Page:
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State Co-operation and International Criminal Court Bargaining Influence in the Arrest and the Surrender of Suspects

Published online by Cambridge University Press:  01 June 2008

Abstract

While much has been written about the formation of the International Criminal Court (ICC), less attention has been focused on the enforcement capability of the Court. As demonstrated by the history of the ad hoc international tribunals, one of the most pressing problems for international criminal courts is the arrest and the surrender of suspects, which often requires substantial bargaining between the court and the state in which the suspect resides. We develop a classification of the issues which have the greatest impact on the bargaining influence of the ICC to secure the arrest of indictees, and apply this classification scheme to a study of the four ongoing situations at the ICC in order to explore the bargaining environment in which the ICC operates. While many of the cases have features which should assist the ICC in bargaining with the state, the situation in Sudan represents the greatest challenge for the Court.

Type
HAGUE INTERNATIONAL TRIBUNALS: International Criminal Court
Copyright
Copyright © Foundation of the Leiden Journal of International Law 2008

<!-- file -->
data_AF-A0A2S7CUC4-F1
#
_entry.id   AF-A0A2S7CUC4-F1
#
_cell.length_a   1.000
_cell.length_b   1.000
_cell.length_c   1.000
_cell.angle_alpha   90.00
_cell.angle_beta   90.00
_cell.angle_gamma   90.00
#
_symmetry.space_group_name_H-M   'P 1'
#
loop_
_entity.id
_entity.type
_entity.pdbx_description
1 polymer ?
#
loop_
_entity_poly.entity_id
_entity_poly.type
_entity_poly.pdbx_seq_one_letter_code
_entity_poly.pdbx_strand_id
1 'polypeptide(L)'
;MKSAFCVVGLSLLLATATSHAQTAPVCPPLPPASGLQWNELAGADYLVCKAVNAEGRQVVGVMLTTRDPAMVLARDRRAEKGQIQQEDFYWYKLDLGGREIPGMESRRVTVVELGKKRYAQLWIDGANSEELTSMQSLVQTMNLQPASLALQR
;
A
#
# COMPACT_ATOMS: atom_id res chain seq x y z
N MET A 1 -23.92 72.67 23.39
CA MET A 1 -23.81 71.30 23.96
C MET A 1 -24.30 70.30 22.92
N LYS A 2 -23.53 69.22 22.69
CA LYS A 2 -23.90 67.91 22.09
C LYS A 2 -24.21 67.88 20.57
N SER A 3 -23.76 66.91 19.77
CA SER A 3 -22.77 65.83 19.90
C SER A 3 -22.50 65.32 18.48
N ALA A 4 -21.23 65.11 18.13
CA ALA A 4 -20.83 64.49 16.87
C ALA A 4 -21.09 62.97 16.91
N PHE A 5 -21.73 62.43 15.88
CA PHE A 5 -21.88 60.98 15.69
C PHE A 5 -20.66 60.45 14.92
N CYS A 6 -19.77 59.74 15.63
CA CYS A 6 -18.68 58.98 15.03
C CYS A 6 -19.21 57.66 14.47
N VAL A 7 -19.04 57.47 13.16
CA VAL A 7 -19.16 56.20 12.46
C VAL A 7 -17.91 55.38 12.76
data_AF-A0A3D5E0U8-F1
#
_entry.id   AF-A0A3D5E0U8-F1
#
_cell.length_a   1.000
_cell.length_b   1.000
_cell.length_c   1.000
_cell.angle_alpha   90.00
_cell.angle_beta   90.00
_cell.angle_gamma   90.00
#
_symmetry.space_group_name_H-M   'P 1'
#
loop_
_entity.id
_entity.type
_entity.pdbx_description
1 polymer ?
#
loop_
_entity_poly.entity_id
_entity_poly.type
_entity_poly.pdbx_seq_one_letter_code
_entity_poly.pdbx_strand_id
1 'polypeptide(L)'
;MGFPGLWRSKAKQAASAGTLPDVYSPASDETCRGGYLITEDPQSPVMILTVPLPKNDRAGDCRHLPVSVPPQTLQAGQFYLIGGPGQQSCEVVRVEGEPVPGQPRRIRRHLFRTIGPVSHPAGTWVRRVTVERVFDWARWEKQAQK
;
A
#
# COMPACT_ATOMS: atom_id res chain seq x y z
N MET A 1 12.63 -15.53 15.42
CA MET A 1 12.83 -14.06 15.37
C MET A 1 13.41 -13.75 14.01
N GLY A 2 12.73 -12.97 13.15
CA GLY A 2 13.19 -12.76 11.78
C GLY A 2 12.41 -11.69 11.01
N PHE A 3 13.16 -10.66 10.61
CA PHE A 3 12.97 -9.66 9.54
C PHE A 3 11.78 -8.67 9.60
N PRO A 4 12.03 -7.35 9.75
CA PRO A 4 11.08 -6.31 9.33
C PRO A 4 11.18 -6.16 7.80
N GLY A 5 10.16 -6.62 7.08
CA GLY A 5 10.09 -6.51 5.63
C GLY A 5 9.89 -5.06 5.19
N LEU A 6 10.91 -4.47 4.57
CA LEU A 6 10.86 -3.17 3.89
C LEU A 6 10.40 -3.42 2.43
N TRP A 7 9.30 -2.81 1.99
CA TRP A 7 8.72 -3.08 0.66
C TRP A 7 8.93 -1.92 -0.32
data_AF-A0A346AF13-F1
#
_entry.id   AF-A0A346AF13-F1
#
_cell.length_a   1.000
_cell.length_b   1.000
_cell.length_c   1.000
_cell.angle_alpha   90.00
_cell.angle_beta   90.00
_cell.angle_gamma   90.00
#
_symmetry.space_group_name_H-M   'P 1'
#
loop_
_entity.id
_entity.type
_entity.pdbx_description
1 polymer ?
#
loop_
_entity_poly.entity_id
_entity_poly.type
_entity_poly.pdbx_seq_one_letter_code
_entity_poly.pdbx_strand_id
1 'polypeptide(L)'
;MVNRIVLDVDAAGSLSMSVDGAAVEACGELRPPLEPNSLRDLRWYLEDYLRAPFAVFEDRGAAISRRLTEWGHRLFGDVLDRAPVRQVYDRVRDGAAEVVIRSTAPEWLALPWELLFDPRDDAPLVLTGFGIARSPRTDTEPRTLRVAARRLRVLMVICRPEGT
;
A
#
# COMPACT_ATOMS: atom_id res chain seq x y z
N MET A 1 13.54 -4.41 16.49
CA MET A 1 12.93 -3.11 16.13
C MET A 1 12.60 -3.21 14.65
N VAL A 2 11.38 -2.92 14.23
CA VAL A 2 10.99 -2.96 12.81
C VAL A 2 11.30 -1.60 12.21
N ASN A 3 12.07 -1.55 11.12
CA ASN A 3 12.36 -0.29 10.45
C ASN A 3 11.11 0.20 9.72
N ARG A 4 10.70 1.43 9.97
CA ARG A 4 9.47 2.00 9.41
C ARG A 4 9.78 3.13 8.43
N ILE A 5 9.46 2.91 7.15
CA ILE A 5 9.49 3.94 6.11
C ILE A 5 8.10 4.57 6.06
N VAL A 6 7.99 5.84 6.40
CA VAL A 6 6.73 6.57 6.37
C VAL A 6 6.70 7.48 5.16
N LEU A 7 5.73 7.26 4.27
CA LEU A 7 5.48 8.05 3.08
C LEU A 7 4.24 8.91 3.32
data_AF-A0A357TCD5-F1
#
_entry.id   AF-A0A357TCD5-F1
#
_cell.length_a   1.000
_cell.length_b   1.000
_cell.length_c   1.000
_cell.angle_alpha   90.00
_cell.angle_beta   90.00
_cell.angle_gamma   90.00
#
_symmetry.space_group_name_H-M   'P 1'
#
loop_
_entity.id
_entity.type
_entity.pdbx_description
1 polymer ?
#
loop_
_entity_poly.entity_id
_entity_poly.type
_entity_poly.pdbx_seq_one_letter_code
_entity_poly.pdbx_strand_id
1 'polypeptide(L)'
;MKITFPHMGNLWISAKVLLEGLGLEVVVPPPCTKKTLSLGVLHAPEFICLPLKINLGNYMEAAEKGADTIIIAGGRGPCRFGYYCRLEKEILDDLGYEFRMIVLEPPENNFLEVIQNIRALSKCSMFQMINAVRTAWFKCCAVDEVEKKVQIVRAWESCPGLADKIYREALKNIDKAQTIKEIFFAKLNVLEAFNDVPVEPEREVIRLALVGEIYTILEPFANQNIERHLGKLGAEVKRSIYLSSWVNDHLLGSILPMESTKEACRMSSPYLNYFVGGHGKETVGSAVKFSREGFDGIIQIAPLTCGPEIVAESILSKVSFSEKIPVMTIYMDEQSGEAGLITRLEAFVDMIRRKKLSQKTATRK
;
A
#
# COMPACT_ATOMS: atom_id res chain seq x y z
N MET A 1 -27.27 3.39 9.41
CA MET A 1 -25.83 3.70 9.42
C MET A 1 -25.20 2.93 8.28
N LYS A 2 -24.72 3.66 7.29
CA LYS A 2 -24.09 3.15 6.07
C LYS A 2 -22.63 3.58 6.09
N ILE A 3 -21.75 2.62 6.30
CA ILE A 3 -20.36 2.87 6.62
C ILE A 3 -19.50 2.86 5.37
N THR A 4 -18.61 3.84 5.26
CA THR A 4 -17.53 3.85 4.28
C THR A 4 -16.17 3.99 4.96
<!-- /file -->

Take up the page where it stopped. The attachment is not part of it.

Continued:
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References

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2. Of course, the history of the ICTY demonstrates that even Chapter VII authority requires the goodwill and co-operation of UN member states, which was not always forthcoming.

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note 6

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note 6

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note 4

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note 24

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note 8

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note 31

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note 37

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note 33

52. The Sudanese government has been supporting Arab Darfuri against non-Arabs in the region for many years. See Abdelmoula, A., ‘The “Fundamentalist” Agenda for Human Rights: The Sudan and Algeria’, (1996) 18 Arab Studies Quarterly 1Google Scholar.

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56. Sudan has signed but not ratified the Rome Statute.

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58. Interview with Rastan, supra note 28.

note 28

59. There is a parallel that can be drawn between the Sudanese Special Court and the Indonesian Human Rights Court (IHRC). Both courts were established to pre-empt an international process, and both have been criticized for failing to indict high-ranking perpetrators and to pursue significant charges. For more information concerning the IHRC, see Roper and Barria, supra note 18.

note 18

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64. We wish to thank one of the reviewers for making this point.

65. Kaul, supra note 5, at 383.

note 5

66. Danner, supra note 37, at 535.

note 37

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